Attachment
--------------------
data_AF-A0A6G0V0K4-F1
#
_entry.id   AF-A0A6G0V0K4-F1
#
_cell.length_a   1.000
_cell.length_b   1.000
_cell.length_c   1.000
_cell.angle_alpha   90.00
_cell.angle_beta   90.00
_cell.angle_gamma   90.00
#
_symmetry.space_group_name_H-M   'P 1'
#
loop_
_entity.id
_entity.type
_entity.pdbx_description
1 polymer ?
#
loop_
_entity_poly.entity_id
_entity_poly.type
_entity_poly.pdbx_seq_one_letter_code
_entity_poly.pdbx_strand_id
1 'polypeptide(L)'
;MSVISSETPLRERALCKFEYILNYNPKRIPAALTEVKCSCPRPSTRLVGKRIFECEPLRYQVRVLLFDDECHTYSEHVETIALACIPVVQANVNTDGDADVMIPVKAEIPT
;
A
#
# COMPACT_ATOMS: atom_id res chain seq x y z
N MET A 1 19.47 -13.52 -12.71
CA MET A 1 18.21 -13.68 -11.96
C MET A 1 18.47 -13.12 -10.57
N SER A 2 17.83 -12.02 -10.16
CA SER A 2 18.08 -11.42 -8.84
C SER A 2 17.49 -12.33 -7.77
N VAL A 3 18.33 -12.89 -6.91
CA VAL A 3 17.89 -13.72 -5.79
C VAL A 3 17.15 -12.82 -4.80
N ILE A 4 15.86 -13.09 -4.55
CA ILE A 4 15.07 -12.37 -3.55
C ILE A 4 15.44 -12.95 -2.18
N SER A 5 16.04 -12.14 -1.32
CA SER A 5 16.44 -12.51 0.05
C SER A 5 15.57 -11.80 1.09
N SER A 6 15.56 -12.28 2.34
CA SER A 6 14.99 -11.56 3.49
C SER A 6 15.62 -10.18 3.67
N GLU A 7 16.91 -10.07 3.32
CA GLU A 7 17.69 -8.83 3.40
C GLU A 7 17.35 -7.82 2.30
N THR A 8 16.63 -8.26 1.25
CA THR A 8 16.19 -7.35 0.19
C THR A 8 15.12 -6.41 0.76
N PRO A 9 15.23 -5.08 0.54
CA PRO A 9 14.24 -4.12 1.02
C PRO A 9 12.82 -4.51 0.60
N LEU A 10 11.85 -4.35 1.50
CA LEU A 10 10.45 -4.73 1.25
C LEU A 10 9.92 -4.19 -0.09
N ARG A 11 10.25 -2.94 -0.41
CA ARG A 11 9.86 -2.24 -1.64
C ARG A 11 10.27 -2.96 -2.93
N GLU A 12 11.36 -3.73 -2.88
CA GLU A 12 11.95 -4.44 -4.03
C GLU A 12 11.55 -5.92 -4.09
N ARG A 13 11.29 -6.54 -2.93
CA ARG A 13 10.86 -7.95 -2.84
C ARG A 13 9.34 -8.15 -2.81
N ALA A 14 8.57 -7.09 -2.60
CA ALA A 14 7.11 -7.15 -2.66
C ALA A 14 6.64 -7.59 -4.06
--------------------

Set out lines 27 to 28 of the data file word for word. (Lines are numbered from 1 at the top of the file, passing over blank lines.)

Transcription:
;
A